A viewer asked me to create a video on the dangers of castling, specifically, when is castling early a mistake. Since this usually means castling into an attack, I focused on typical Kingside ideas. You can see it below.
That said, the first part of the video deals with a Colle System game that completely shows everything involving a Kingside attack against the castled King. See the full analysis of said game below, which expands on the video. Continue reading
Why do we play chess? Ultimately, it’s to have fun, right? Sure, winning is nice and seldom gets boring, but given the choice, you’d rather win and have fun than win while being bored out of your mind, right?
This is where I am struggling, and it chiefly relates to my opening choices. I have a very correct opening repertoire. I play the Queen’s Gambit and Ruy Lopez as White, considered the two best openings after 1.e4 and 1.d4 respectively. Against 1.d4 I chiefly play the Nimzo, perhaps the most sound yet ambitious opening Black can try, and against 1.e4 I have played a little bit of everything but mostly the Kan / Taimonov Sicilian and the Open Spanish, which are again two of the oldest and most respected openings around.
All of this is great and all, and it would compare to any GM anywhere … and yet I don’t think I like any of these positions. Continue reading
Another week, another miniature chess games. This is a classic, one of my favourites, Steinitz – Rock, 1858.
You’ve likely heard of Steinitz before. He’s the first official World Champion, who combined the tactical genius of the Romantic players but while also formulating the basic rules of positional play. His ideas, especially when distilled and expressed through the great teacher Tarrasch, transformed chess from a back-room brawl into something more of a science, where a great position needs to come before a great attack.
You’ve likely never heard of Rock before. That’s because he was an amateur, the equivalent of NN … and as you can imagine, he gets slaughtered in typical champion vs amateur fashion. Let’s take a loo Continue reading
For the last few weeks I’ve been busy, trying to make up for my lack of … anything during June. In the process, I’ve produced several YouTube videos of varying quality, and I’ve enjoyed this new medium. I’ve also spent hours going through GM Smirnov‘s course Calculate Till Mate, which is opening my eyes. Let me go through everything and detail what the plan is going forward.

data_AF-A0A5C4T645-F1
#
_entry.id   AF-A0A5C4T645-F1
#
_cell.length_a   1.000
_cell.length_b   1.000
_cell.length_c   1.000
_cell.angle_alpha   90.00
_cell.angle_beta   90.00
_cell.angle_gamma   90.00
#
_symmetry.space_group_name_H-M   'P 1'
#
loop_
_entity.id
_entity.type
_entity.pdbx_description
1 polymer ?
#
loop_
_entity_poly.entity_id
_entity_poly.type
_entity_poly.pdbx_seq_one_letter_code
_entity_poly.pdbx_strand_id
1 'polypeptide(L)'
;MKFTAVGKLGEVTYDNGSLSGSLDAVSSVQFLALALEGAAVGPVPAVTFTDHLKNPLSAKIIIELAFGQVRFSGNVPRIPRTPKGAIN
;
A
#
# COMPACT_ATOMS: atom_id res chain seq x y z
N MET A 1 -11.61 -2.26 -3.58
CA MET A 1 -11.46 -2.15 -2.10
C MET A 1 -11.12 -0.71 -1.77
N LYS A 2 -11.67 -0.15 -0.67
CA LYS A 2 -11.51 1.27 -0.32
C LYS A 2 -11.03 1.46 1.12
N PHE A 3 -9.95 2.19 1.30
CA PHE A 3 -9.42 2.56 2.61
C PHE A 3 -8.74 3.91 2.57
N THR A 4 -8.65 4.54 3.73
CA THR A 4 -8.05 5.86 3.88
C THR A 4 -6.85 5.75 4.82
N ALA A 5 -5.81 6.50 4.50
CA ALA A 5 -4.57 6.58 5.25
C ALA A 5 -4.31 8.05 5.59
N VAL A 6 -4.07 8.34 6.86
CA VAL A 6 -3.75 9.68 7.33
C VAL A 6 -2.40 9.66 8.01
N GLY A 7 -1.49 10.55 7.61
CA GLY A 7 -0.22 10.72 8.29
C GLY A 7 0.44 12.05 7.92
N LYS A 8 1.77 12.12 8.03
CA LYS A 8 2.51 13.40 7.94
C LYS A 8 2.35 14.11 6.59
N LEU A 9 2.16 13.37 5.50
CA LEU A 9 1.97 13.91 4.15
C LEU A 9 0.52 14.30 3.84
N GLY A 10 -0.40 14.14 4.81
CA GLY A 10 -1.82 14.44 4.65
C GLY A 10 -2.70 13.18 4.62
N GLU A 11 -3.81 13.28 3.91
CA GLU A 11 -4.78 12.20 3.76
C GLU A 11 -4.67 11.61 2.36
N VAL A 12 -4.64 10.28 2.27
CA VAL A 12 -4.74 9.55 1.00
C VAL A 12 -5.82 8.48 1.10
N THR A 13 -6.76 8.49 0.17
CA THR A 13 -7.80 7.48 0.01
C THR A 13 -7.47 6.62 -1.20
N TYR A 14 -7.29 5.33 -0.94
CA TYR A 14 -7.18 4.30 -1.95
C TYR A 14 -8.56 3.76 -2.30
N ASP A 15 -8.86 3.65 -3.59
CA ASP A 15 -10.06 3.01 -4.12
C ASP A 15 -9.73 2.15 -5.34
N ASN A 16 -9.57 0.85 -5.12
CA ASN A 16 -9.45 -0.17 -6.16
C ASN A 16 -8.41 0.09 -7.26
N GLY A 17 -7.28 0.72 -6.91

First, I think the videos are here to stay. I’m having far more fun speaking my thoughts than I thought I would, and I’m getting far more engagement than my regular game analysis posts. I mean, frig, I’ve gotten more comments in the last two weeks than I’ve had in the last six months. Maybe that speaks more to YouTube’s ability to reach people more than my meagre SEO skills, but it’s still telling. Continue reading
[Updated with extra analysis below: July 30, 2017]
Here’s the second in my video series on chess miniatures, featuring a game between Dukaczewski (2372) – Dineley (2264), Turin, 2006.
This analysis features a very common error in general (moving pieces multiple times in the opening) as well as specific (playing an early Na5 to chase a Bishop on c4). I try to show both why these are mistakes and then how to react accordingly.
Let’s take a look. Continue reading
Here we go. SmithyQ presents YouTube video number two!
This one may become a regular series. I adore chess miniatures. These are games under 25 moves, usually finishing with a crushing attack or fancy tactics. In order to lose in under 25 moves, one side has to make some decisive mistakes. Studying miniatures teaches us both to recognize when these mistakes happen and how to punish them most effectively. Your opening and early middlegame attacking skills will increase tremendously after even just a few games.
Also, miniatures are a heck of a lot of fun, so let’s take a look. Continue reading